Slow start at all-in schools

1st October 2004 at 01:00
Progress in the pound;115 million integrated community schools initiative amounts to little more than an amended version of the foxtrot: slow, slow - slow, slow, slow.

An independent review by the inspectorate seven years into the life of what started as new community schools confirms previous research findings that the high-profile Scottish Executive initiative lacks hard evidence of short-term success (TESS, last week).

Graham Donaldson, senior chief inspector, in HMI's report on integrated community schools (ICS) published this week, notes various examples of good practice in interprofessional working and teamwork for the benefit of children and families but concludes that the evidence of successful work is patchy.

"We have, for example, yet to see evidence of significant gains in overall levels of attainment in schools. Too often the approach adopted operated in isolation from mainstream activity without the right kind of leadership and vision at senior levels.

"There remains a considerable way to go to transform how schools and other children's services work together to achieve significantly improved outcomes for all children," Mr Donaldson states in a frank assessment.

Bill Maxwell, senior inspector responsible for social inclusion, said the findings echoed those in the London University analysis last year and in the Stirling University report on progress in Stirling Council. But Dr Maxwell added: "This is not an end point, it's a staging post."

Bart Biagini, the report's lead inspector, said that many initiatives would take time to prove themselves, such as changing children's attitudes to health and supporting the most vulnerable pupils and their families.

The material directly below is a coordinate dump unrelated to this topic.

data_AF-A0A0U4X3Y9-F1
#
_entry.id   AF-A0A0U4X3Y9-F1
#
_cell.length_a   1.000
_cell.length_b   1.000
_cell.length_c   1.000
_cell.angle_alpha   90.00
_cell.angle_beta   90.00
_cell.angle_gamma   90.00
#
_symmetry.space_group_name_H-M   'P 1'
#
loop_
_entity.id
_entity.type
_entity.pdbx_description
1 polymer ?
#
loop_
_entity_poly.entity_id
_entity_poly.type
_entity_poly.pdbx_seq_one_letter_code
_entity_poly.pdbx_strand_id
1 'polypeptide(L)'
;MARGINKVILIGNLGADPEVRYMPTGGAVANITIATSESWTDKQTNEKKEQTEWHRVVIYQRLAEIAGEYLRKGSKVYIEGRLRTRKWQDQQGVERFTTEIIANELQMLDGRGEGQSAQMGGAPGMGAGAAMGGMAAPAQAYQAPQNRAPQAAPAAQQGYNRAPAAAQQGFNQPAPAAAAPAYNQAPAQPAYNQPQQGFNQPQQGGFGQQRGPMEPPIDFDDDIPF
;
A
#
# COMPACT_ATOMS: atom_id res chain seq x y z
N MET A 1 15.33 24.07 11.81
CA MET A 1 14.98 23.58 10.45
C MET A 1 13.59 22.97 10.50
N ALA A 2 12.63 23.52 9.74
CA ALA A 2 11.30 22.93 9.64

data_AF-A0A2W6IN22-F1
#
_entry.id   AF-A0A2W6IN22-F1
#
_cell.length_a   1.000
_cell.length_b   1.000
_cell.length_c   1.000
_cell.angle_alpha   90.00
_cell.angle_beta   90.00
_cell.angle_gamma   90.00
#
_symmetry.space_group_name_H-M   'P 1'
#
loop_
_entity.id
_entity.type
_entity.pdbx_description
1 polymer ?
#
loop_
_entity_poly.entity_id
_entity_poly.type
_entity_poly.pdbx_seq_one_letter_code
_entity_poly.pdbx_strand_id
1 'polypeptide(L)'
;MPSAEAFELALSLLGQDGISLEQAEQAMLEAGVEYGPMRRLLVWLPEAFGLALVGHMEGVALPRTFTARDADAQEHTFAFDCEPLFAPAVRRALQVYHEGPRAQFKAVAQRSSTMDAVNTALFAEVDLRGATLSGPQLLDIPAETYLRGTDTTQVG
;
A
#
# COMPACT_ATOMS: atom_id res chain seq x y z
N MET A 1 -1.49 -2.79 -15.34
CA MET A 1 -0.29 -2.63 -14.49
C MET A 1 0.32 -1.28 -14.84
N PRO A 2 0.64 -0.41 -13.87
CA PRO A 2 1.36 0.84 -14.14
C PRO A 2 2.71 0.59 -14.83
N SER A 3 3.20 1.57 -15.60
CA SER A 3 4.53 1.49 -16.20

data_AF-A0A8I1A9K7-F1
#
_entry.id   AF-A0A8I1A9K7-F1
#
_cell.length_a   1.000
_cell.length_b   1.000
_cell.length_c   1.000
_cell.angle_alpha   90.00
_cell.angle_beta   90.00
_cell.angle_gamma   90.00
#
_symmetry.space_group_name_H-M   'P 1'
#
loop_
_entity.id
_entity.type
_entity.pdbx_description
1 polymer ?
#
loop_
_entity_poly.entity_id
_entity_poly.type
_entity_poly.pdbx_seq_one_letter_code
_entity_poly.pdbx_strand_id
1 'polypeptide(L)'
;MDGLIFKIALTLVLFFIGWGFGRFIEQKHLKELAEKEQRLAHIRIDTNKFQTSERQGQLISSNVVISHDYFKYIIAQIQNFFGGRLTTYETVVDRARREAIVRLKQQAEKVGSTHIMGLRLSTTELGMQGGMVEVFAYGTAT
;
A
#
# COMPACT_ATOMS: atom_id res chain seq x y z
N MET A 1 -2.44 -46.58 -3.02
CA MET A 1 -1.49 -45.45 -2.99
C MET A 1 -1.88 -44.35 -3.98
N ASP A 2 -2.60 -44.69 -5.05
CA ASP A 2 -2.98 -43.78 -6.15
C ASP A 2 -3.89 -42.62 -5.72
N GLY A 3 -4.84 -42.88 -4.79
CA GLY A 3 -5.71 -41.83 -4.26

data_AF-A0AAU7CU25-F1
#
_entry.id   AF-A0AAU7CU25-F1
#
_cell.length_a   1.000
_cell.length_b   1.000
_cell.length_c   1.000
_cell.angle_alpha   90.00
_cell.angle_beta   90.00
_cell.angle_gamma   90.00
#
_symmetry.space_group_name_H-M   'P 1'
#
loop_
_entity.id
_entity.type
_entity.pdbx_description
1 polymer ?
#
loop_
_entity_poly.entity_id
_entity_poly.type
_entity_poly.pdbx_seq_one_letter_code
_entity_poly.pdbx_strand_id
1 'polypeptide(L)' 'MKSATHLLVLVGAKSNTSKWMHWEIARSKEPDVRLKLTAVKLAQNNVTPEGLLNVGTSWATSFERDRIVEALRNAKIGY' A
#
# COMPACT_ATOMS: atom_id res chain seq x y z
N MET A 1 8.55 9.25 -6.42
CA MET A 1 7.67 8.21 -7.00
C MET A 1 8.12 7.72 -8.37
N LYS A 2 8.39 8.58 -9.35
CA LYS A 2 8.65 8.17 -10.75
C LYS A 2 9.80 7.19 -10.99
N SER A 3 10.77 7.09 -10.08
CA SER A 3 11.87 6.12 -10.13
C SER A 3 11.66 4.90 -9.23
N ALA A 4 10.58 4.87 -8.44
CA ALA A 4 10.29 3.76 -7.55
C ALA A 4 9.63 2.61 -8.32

So far, evidence of positive practice was "uneven in the clusters and across clusters and in authorities and across authorities". Good examples were found in schools where partners have a shared vision and values, where they have clear lines about roles and responsibilities, and where they have invested in joint staff training.

Some authorities were also starting to look at the bigger picture on children's services and linking partners.

"One of the barriers to making an overall evaluation of the impact is that it is sometimes difficult to get measures against which you can establish a baseline and show measures of improvement. That is particularly the case in areas like health," Mr Biagini said.

But he added: "There is still some way to go if the main aim of the original concept of the school - being the hub through which better integrated services for children and young people could be delivered through health, education and social work - was to be achieved."

Too many authorities and schools lacked the vision to make a success of what was now becoming a concept rather than an initiative. A shortage of key staff, including social workers, is said to be damaging advances.

Short-term contracts, part-time appointments and vacancies hindered effective working.

"There is still to be a consistent impact in the classroom on learning and teaching but we are actually beginning to see signs, particularly in terms of out-of-school learning, of the positive impact on supporting the achievement of young people," Mr Biagini stated.

Inspectors conclude that the initiative has acted as a catalyst for joint working but that no local authority and NHS partnership has implemented all of the features in the original plans.

Leader 22 The sum of its parts? The development of integrated community schools in Scotland is published by HMIE.

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